I have been looking at JA and BN websites for an emerald cut diamond between 2CT and 2.5CT or thereabouts. Even with the HD magnification I only can tell if there is an obvious flaw or spec but beyond that I am not experienced to know how to interpret the moving HD photos for flash and brilliance in the steps. I am not sure if the black in a step is brilliance or not…

    I have read most if not all of your tutorials. Looking for your advise on how to proceed.

    Thank you, Tom

  2. Paul Gian-
    July 2, 2017 at 4:59 am

    There’s no mistake with the numbers I published. 75% is way too steep and someone who tells you that 75% is fine has no clue about cut quality. I can tell you that such a deep stone not only affects light performance but SEVERELY affects face up size. The diamond will look VERY small for its carat size.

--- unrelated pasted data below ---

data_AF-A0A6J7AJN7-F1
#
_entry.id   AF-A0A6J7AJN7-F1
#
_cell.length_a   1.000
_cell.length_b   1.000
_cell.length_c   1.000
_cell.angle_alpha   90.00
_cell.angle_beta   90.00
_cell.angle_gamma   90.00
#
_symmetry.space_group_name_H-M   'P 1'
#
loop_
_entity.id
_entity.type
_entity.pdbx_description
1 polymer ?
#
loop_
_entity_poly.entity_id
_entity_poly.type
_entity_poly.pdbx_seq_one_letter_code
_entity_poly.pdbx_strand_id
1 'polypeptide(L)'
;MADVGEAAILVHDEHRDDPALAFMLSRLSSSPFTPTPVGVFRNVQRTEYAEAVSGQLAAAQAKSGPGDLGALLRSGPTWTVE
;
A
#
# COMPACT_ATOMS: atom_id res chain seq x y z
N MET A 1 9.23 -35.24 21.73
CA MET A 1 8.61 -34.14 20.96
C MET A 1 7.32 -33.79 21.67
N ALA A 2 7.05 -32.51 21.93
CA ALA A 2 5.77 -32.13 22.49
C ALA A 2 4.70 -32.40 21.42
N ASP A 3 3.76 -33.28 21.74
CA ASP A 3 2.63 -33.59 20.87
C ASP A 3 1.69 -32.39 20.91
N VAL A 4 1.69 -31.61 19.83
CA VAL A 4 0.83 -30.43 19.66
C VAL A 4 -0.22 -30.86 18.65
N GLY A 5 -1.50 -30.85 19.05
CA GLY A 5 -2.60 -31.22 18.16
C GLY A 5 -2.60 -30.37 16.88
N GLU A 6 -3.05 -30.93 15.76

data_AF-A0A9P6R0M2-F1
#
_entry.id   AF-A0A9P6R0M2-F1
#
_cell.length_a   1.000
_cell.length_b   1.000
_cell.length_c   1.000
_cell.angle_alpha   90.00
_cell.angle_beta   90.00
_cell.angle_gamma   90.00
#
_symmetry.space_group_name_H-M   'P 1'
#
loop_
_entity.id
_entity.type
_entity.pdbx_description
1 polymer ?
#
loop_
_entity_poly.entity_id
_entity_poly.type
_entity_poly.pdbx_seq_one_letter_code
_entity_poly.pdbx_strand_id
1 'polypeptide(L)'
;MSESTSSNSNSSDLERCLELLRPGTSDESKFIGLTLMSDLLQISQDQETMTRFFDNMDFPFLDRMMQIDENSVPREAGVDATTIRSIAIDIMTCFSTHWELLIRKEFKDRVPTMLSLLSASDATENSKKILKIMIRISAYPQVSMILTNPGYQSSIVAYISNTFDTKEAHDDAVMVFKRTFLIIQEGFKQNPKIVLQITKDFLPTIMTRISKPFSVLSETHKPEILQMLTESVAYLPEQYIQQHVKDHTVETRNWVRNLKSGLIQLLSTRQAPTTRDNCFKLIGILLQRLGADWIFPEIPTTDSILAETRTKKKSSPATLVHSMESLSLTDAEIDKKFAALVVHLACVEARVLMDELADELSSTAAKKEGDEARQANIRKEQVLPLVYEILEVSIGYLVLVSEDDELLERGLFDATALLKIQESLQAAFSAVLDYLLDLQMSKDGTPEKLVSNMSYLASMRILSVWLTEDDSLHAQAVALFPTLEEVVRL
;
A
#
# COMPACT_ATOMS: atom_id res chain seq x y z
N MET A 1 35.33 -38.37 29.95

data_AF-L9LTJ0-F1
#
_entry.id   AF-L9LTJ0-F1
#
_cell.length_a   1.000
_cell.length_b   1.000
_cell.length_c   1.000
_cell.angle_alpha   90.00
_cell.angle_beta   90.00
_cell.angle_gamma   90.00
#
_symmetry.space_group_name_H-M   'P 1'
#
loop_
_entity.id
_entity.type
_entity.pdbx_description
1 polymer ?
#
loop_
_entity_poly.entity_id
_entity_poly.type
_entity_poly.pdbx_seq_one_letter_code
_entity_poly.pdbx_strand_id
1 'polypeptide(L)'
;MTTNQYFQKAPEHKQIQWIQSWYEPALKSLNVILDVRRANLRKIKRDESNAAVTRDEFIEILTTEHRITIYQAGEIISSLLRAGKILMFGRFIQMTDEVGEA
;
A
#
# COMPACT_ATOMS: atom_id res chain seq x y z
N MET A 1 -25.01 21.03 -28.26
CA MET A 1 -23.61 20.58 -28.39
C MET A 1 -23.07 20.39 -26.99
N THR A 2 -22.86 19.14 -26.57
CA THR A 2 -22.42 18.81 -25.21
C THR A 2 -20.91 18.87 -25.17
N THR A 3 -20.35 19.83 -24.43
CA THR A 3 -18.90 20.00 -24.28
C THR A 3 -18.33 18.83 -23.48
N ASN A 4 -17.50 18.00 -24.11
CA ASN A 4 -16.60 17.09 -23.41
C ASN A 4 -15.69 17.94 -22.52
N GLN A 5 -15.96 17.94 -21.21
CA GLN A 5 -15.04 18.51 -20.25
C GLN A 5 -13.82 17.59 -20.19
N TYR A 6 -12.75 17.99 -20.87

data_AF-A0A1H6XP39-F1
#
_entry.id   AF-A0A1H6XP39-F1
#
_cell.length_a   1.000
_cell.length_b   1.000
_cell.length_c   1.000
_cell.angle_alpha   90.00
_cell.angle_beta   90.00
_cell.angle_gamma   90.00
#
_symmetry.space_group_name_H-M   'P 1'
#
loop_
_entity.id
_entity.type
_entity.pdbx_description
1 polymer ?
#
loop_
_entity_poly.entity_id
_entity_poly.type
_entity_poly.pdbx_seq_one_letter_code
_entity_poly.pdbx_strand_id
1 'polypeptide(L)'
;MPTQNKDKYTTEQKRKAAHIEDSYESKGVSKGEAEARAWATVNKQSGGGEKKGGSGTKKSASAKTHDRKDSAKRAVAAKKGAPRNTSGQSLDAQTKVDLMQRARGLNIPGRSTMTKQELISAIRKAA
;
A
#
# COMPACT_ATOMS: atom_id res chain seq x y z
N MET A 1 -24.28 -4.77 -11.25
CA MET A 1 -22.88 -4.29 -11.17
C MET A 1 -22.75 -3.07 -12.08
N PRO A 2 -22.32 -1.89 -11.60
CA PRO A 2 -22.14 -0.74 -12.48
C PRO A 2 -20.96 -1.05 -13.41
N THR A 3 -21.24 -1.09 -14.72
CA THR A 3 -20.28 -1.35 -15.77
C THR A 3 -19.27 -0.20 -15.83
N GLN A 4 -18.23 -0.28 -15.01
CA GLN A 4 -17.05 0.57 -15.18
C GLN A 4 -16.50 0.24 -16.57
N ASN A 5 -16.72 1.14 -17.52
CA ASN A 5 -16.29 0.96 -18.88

Anyway, numbers are just a guideline. You need tangible data like ASET images and videos to select emerald cuts. The numbers are not hard and fast rules.

    Let me know the direct url links of the stones you are looking at. If you rather save time and let me pick out some for you, let me know your specifications and a Realistic budget you have.

  3. Suk Hwang-
    July 6, 2018 at 12:43 pm


    Hope all is well. To start, I would like to thank you for your website. It is the most comprehensive, educational, and most importantly, impartial website on diamonds I have come across.

    I am an avid reader, and I read your entire website before I met my current fiancé. As our relationship progressed, I was ready to make a move; armed with the knowledge you bestowed upon me, I was confident that I would do some thorough diligence and know what to look for before making my purchase of ~$40k. I asked her for clues on the type of diamond that she wanted, and she stubbornly said “it HAS to be a Harry Winston diamond”. Sigh*